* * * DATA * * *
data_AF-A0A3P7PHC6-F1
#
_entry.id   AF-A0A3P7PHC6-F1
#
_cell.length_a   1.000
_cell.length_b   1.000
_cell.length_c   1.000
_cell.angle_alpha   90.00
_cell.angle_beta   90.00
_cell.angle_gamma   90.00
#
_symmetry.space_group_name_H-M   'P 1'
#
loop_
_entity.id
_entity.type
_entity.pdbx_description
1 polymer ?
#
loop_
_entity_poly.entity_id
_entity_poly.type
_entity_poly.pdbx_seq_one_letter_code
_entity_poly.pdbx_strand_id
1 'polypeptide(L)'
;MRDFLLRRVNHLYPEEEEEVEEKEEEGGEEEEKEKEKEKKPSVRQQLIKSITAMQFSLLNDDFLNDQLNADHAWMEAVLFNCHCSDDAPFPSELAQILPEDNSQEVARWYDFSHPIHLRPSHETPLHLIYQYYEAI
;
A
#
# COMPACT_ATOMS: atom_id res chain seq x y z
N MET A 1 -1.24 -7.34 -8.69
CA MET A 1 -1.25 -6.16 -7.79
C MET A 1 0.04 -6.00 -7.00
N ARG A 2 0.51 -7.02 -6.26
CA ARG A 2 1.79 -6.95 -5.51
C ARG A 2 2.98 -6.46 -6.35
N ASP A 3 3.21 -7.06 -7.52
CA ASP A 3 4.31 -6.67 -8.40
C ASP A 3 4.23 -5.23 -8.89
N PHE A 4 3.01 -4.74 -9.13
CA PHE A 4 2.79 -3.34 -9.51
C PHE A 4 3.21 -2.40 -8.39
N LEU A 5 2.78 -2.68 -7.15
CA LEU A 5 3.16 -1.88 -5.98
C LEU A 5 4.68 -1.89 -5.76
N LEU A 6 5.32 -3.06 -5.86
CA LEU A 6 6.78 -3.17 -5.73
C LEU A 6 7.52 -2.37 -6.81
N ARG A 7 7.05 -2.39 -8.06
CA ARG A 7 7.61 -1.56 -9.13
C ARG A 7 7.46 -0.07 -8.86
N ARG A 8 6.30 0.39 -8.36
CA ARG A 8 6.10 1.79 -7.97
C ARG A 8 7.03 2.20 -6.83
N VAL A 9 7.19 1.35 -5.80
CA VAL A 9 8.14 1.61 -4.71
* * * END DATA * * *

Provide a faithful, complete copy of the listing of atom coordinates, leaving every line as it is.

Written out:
data_AF-A0A3P7PHC6-F1
#
_entry.id   AF-A0A3P7PHC6-F1
#
_cell.length_a   1.000
_cell.length_b   1.000
_cell.length_c   1.000
_cell.angle_alpha   90.00
_cell.angle_beta   90.00
_cell.angle_gamma   90.00
#
_symmetry.space_group_name_H-M   'P 1'
#
loop_
_entity.id
_entity.type
_entity.pdbx_description
1 polymer ?
#
loop_
_entity_poly.entity_id
_entity_poly.type
_entity_poly.pdbx_seq_one_letter_code
_entity_poly.pdbx_strand_id
1 'polypeptide(L)'
;MRDFLLRRVNHLYPEEEEEVEEKEEEGGEEEEKEKEKEKKPSVRQQLIKSITAMQFSLLNDDFLNDQLNADHAWMEAVLFNCHCSDDAPFPSELAQILPEDNSQEVARWYDFSHPIHLRPSHETPLHLIYQYYEAI
;
A
#
# COMPACT_ATOMS: atom_id res chain seq x y z
N MET A 1 -1.24 -7.34 -8.69
CA MET A 1 -1.25 -6.16 -7.79
C MET A 1 0.04 -6.00 -7.00
N ARG A 2 0.51 -7.02 -6.26
CA ARG A 2 1.79 -6.95 -5.51
C ARG A 2 2.98 -6.46 -6.35
N ASP A 3 3.21 -7.06 -7.52
CA ASP A 3 4.31 -6.67 -8.40
C ASP A 3 4.23 -5.23 -8.89
N PHE A 4 3.01 -4.74 -9.13
CA PHE A 4 2.79 -3.34 -9.51
C PHE A 4 3.21 -2.40 -8.39
N LEU A 5 2.78 -2.68 -7.15
CA LEU A 5 3.16 -1.88 -5.98
C LEU A 5 4.68 -1.89 -5.76
N LEU A 6 5.32 -3.06 -5.86
CA LEU A 6 6.78 -3.17 -5.73
C LEU A 6 7.52 -2.37 -6.81
N ARG A 7 7.05 -2.39 -8.06
CA ARG A 7 7.61 -1.56 -9.13
C ARG A 7 7.46 -0.07 -8.86
N ARG A 8 6.30 0.39 -8.36
CA ARG A 8 6.10 1.79 -7.97
C ARG A 8 7.03 2.20 -6.83
N VAL A 9 7.19 1.35 -5.80
CA VAL A 9 8.14 1.61 -4.71